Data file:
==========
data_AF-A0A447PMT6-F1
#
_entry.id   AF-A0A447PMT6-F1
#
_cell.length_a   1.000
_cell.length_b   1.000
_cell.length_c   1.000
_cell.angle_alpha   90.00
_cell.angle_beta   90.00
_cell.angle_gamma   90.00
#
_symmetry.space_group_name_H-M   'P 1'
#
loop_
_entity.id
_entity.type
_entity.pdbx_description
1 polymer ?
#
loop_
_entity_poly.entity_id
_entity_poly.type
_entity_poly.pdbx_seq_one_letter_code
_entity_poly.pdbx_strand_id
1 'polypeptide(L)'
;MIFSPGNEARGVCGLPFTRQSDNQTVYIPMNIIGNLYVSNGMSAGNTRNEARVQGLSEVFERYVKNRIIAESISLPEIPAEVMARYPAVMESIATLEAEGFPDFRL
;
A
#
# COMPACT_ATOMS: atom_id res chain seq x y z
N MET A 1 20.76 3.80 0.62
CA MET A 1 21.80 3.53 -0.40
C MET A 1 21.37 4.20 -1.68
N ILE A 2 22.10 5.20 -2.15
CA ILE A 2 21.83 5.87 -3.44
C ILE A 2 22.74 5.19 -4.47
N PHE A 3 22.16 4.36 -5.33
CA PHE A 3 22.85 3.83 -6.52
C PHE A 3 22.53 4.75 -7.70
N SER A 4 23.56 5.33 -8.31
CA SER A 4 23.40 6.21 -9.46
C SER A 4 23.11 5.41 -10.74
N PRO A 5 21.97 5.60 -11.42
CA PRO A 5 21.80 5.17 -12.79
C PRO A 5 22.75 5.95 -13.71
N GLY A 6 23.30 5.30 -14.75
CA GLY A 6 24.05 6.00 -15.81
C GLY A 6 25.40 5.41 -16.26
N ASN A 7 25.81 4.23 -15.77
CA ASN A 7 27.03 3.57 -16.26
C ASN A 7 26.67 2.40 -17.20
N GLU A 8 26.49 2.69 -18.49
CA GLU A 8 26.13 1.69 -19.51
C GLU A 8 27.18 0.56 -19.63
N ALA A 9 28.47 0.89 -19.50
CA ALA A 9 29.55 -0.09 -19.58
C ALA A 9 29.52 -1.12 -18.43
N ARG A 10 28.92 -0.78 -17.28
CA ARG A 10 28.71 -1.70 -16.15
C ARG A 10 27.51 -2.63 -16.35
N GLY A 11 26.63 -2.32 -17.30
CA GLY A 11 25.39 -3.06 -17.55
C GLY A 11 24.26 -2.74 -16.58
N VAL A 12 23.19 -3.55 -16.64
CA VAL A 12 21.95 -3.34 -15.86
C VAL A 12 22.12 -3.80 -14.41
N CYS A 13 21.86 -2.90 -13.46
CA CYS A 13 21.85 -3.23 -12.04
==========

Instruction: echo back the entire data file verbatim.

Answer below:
data_AF-A0A447PMT6-F1
#
_entry.id   AF-A0A447PMT6-F1
#
_cell.length_a   1.000
_cell.length_b   1.000
_cell.length_c   1.000
_cell.angle_alpha   90.00
_cell.angle_beta   90.00
_cell.angle_gamma   90.00
#
_symmetry.space_group_name_H-M   'P 1'
#
loop_
_entity.id
_entity.type
_entity.pdbx_description
1 polymer ?
#
loop_
_entity_poly.entity_id
_entity_poly.type
_entity_poly.pdbx_seq_one_letter_code
_entity_poly.pdbx_strand_id
1 'polypeptide(L)'
;MIFSPGNEARGVCGLPFTRQSDNQTVYIPMNIIGNLYVSNGMSAGNTRNEARVQGLSEVFERYVKNRIIAESISLPEIPAEVMARYPAVMESIATLEAEGFPDFRL
;
A
#
# COMPACT_ATOMS: atom_id res chain seq x y z
N MET A 1 20.76 3.80 0.62
CA MET A 1 21.80 3.53 -0.40
C MET A 1 21.37 4.20 -1.68
N ILE A 2 22.10 5.20 -2.15
CA ILE A 2 21.83 5.87 -3.44
C ILE A 2 22.74 5.19 -4.47
N PHE A 3 22.16 4.36 -5.33
CA PHE A 3 22.85 3.83 -6.52
C PHE A 3 22.53 4.75 -7.70
N SER A 4 23.56 5.33 -8.31
CA SER A 4 23.40 6.21 -9.46
C SER A 4 23.11 5.41 -10.74
N PRO A 5 21.97 5.60 -11.42
CA PRO A 5 21.80 5.17 -12.79
C PRO A 5 22.75 5.95 -13.71
N GLY A 6 23.30 5.30 -14.75
CA GLY A 6 24.05 6.00 -15.81
C GLY A 6 25.40 5.41 -16.26
N ASN A 7 25.81 4.23 -15.77
CA ASN A 7 27.03 3.57 -16.26
C ASN A 7 26.67 2.40 -17.20
N GLU A 8 26.49 2.69 -18.49
CA GLU A 8 26.13 1.69 -19.51
C GLU A 8 27.18 0.56 -19.63
N ALA A 9 28.47 0.89 -19.50
CA ALA A 9 29.55 -0.09 -19.58
C ALA A 9 29.52 -1.12 -18.43
N ARG A 10 28.92 -0.78 -17.28
CA ARG A 10 28.71 -1.70 -16.15
C ARG A 10 27.51 -2.63 -16.35
N GLY A 11 26.63 -2.32 -17.30
CA GLY A 11 25.39 -3.06 -17.55
C GLY A 11 24.26 -2.74 -16.58
N VAL A 12 23.19 -3.55 -16.64
CA VAL A 12 21.95 -3.34 -15.86
C VAL A 12 22.12 -3.80 -14.41
N CYS A 13 21.86 -2.90 -13.46
CA CYS A 13 21.85 -3.23 -12.04